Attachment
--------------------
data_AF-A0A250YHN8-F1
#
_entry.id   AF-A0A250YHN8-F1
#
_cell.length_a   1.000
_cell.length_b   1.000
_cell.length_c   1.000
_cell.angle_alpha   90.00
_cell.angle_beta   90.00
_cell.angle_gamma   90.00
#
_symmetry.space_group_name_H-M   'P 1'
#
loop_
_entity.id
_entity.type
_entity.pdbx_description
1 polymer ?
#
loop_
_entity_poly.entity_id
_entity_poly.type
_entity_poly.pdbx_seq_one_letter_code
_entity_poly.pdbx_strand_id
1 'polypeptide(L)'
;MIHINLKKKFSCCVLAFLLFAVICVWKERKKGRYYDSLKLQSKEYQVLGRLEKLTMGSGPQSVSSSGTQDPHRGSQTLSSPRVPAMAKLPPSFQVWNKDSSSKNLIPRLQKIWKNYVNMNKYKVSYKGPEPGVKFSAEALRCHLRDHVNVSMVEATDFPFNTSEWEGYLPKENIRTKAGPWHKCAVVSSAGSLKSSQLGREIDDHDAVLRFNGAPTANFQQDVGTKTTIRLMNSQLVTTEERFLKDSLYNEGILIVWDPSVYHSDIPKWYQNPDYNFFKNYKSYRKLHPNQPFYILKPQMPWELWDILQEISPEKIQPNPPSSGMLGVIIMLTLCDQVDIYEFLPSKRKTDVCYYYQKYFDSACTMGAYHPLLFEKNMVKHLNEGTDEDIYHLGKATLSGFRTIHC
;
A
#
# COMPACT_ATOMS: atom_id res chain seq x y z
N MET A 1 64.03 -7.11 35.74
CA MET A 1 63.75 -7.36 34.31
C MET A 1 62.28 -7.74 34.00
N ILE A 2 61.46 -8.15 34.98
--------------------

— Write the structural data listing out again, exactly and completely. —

data_AF-A0A250YHN8-F1
#
_entry.id   AF-A0A250YHN8-F1
#
_cell.length_a   1.000
_cell.length_b   1.000
_cell.length_c   1.000
_cell.angle_alpha   90.00
_cell.angle_beta   90.00
_cell.angle_gamma   90.00
#
_symmetry.space_group_name_H-M   'P 1'
#
loop_
_entity.id
_entity.type
_entity.pdbx_description
1 polymer ?
#
loop_
_entity_poly.entity_id
_entity_poly.type
_entity_poly.pdbx_seq_one_letter_code
_entity_poly.pdbx_strand_id
1 'polypeptide(L)'
;MIHINLKKKFSCCVLAFLLFAVICVWKERKKGRYYDSLKLQSKEYQVLGRLEKLTMGSGPQSVSSSGTQDPHRGSQTLSSPRVPAMAKLPPSFQVWNKDSSSKNLIPRLQKIWKNYVNMNKYKVSYKGPEPGVKFSAEALRCHLRDHVNVSMVEATDFPFNTSEWEGYLPKENIRTKAGPWHKCAVVSSAGSLKSSQLGREIDDHDAVLRFNGAPTANFQQDVGTKTTIRLMNSQLVTTEERFLKDSLYNEGILIVWDPSVYHSDIPKWYQNPDYNFFKNYKSYRKLHPNQPFYILKPQMPWELWDILQEISPEKIQPNPPSSGMLGVIIMLTLCDQVDIYEFLPSKRKTDVCYYYQKYFDSACTMGAYHPLLFEKNMVKHLNEGTDEDIYHLGKATLSGFRTIHC
;
A
#
# COMPACT_ATOMS: atom_id res chain seq x y z
N MET A 1 64.03 -7.11 35.74
CA MET A 1 63.75 -7.36 34.31
C MET A 1 62.28 -7.74 34.00
N ILE A 2 61.46 -8.15 34.98